Two UH60L Blackhawk helicopters, assigned to 2nd Battalion, 25th Aviation Regiment, Diamond Head, 25th Combat Aviation Brigade (CAB), provide suppressive fire during live-fire aerial gunnery during the CAB’s Culminating Training Event, at Pohakuloa Training Area, on the big island of Hawaii. The 25th CAB conducted 669 flights resulting in over 2,200 hours of flight time.

“During the CTE, the CAB conducted over 669 flights flying over 2,200 hours,” said Lundy. “That includes over 1,965 hours of live flight time and 240 hours of virtual flying using a system called the Aviation Combined Arms Tactical Trainer, or AVCATT. CTE situational training and full spectrum operations were conducted on Oahu, Kauai, NTC and PTA from April 25 through May 3. This included everything from counter IED missions to congressional delegation support.”

The goal of these complex operations was to give senior leaders a final opportunity to train, refine and validate the most current tactics, techniques and procedures as they apply in today’s operating environment in Iraq. Equally vital was the opportunity to observe Soldiers in action, correct any deficiencies and ensure unit cohesion with future unit attachments that will integrate with the 25th CAB once deployed.

“Our objective was to put leaders out there and eliminate their weaknesses,” said Command Sgt. Maj. Osvaldo Martell, battalion command sergeant major, 209th ASB.

Marines from Combat Assault Company, 3rd Marine Regiment, exit a CH 47D Chinook helicopter
Marines from Combat Assault Company, 3rd Marine Regiment, exit a CH47D Chinook helicopter from B Co., 3rd Battalion, 25th General Support Aviation Battalion, Hammerhead, 25th Combat Aviation Brigade (CAB) at the Kawailoa Training Area during a mission as part of the 25th CAB Culminating Training Event (CTE).

“We owe that to the Soldiers, from seniors to the most junior Soldiers. It is our responsibility to train them. If leaders don’t know, they won’t be able to train their junior Soldiers. So I think everybody learned where they can improve.”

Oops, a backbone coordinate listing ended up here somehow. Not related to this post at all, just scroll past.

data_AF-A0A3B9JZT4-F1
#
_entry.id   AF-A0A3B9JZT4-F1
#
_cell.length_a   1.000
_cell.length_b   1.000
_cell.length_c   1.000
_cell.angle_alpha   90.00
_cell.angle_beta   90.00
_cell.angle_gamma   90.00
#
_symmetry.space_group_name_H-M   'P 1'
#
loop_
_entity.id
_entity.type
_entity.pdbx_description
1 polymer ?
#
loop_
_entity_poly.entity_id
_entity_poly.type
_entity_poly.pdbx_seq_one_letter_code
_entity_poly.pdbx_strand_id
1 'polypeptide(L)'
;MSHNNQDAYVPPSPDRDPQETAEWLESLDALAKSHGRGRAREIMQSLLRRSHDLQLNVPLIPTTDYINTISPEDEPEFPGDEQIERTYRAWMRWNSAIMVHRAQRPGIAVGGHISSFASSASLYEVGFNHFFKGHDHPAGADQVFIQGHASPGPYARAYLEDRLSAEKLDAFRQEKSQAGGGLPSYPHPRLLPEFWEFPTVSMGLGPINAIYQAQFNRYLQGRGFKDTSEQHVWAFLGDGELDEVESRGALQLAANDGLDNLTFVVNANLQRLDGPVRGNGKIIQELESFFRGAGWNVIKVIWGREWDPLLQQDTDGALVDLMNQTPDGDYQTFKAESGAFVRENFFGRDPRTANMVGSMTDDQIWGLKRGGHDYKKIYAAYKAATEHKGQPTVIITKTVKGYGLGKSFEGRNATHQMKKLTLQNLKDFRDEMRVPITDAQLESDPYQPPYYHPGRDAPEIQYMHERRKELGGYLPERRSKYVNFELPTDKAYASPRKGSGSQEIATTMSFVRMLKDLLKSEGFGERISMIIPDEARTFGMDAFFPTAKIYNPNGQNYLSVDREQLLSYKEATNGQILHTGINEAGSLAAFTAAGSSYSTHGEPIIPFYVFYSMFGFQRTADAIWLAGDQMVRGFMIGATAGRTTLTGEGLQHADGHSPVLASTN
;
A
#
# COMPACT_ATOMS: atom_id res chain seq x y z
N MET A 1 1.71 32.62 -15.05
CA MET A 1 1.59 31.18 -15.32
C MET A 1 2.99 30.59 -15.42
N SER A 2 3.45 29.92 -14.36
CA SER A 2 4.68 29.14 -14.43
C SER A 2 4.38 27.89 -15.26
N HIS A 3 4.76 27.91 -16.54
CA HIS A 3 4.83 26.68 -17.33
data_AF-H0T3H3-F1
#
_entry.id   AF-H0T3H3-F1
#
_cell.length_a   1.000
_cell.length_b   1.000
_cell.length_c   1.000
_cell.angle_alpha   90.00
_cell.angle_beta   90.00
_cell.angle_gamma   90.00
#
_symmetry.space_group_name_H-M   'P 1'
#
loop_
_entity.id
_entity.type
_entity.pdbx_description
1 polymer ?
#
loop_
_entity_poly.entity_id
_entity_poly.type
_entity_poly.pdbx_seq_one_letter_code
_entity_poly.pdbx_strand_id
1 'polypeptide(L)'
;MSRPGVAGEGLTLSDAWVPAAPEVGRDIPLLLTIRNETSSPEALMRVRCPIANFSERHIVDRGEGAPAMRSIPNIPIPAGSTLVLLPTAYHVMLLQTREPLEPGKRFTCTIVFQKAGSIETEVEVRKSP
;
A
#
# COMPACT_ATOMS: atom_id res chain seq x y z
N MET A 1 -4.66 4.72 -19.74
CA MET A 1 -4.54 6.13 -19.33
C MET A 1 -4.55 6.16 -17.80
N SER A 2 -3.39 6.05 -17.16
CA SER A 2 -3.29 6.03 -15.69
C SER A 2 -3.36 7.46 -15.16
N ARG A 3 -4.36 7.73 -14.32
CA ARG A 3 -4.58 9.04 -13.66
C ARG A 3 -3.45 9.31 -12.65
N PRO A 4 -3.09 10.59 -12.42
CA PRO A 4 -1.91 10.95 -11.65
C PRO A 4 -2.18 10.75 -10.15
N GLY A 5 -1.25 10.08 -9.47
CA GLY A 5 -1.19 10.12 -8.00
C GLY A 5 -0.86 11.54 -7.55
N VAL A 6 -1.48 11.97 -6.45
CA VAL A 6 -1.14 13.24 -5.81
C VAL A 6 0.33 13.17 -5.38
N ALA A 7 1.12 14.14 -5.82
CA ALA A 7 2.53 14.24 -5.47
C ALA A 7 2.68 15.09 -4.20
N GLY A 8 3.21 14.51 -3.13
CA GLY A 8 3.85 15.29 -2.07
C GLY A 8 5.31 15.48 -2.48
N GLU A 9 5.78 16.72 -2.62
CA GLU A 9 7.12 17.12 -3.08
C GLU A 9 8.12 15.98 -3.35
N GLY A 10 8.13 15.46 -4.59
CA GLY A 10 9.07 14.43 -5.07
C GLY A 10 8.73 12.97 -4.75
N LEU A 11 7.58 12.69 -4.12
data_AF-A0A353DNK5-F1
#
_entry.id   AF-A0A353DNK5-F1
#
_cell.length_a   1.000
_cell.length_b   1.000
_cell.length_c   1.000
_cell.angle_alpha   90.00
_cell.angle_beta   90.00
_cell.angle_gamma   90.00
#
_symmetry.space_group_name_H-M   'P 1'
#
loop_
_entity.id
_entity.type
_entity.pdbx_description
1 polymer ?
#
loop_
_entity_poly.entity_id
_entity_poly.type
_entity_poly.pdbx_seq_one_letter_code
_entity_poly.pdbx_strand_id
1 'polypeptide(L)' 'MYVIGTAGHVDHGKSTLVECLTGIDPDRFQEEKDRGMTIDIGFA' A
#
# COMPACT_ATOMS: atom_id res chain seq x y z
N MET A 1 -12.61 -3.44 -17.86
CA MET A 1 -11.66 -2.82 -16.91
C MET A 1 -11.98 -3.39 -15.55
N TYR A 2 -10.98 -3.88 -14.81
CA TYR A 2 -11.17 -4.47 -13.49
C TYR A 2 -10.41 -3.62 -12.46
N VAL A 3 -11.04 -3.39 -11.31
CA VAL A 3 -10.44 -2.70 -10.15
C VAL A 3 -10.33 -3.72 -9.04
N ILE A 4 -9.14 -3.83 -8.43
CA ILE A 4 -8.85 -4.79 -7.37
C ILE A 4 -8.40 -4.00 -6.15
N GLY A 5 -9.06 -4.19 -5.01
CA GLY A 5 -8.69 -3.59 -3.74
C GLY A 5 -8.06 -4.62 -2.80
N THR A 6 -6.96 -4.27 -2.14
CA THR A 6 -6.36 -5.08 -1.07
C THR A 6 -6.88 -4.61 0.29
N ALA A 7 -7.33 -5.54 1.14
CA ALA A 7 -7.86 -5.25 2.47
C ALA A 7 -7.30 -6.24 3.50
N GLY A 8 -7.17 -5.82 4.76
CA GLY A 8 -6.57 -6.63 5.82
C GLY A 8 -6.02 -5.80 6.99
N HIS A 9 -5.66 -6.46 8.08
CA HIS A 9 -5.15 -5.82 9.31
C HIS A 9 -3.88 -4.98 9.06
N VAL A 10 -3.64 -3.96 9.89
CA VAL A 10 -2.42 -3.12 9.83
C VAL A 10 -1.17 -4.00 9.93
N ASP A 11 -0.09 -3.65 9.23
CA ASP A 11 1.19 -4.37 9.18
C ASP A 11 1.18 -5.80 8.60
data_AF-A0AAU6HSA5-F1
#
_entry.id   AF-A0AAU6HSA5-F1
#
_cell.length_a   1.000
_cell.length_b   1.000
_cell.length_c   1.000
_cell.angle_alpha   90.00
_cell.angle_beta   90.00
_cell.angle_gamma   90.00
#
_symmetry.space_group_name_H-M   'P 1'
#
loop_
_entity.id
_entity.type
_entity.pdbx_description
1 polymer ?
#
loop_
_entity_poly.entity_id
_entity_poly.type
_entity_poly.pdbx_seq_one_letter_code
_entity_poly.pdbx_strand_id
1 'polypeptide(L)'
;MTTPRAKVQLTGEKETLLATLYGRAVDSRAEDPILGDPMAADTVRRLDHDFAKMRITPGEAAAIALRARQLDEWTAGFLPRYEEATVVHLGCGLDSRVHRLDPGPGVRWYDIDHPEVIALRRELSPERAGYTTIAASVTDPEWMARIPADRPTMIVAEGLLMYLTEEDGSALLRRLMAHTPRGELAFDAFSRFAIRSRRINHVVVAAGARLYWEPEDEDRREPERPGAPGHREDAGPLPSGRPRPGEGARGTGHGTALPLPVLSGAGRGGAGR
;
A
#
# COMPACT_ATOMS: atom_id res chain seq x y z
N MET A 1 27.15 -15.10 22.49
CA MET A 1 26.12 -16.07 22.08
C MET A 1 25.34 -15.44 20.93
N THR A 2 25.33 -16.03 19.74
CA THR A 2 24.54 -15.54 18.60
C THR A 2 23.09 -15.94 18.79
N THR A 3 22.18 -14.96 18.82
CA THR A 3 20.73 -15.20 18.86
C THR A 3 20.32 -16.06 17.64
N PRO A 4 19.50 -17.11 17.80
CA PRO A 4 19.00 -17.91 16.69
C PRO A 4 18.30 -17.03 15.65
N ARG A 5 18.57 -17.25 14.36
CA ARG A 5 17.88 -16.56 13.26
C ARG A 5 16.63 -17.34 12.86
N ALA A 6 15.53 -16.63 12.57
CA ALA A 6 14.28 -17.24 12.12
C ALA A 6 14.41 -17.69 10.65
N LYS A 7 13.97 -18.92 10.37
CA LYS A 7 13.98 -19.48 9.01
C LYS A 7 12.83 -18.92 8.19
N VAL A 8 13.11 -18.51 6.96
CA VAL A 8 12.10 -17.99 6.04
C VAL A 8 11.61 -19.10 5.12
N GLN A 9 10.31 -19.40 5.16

With the CTE complete, the senior leaders of the 25th CAB can take the lessons learned from the CTE and use them to continue improving operating procedures right up until the unit’s scheduled rotation to Iraq. Understanding this point, the “Wings of Lightning” Brigade commander appreciated the effort from the brigade and all of the supporting elements during the exercise.

Soldiers from Headquarters and Headquarters Company, Personnel Recovery Team, Archangels, recover a downed Unmanned Aerial Vehicle during a situational training exercise in CAB Culminating Training Event.
Soldiers from Headquarters and Headquarters Company, 25th Combat Aviation Brigade’s (CAB) Personnel Recovery Team (PRT), Archangels, recover a downed Unmanned Aerial Vehicle during a situational training exercise as part of the CAB’s Culminating Training Event. The UAV and PRT were extracted on a CH47D Chinook Helicopter from B Co. Hill Climbers, 3rd Battalion, 25th General Support Aviation Battalion, the 25th CAB’s Hammerhead Battalion.

“I’d like to thank all of the OC’s and their support from the BCTP, JMRC, I-Corps and USARPAC, as well as the subject matter experts from 10th CAB and Task Force ODIN, who provided invaluable feedback at the brigade and task force level on battle command, maneuver, sustainment and intelligence operations,” said Lundy. “We also received tremendous support from the 3rd ID staff, BCTC, DPTMS, USARPAC, 2nd Stryker Brigade Combat Team, 3rd Infantry BCT, 25th ID, 45th Sustainment Brigade and MARFORPAC, in both the development and execution of the CTE. This exercise was instrumental in our pre-deployment operations as it provided the necessary stress across the brigade to continue to improve all of our systems, processes and TTPs.”

By Sgt. 1st Class Tyrone C. Marshall Jr. and Sgt. Mike Alberts

Military Friends of NewsBlaze originated these stories, sending them directly to us from Iraq, some from Afghanistan and some in the USA.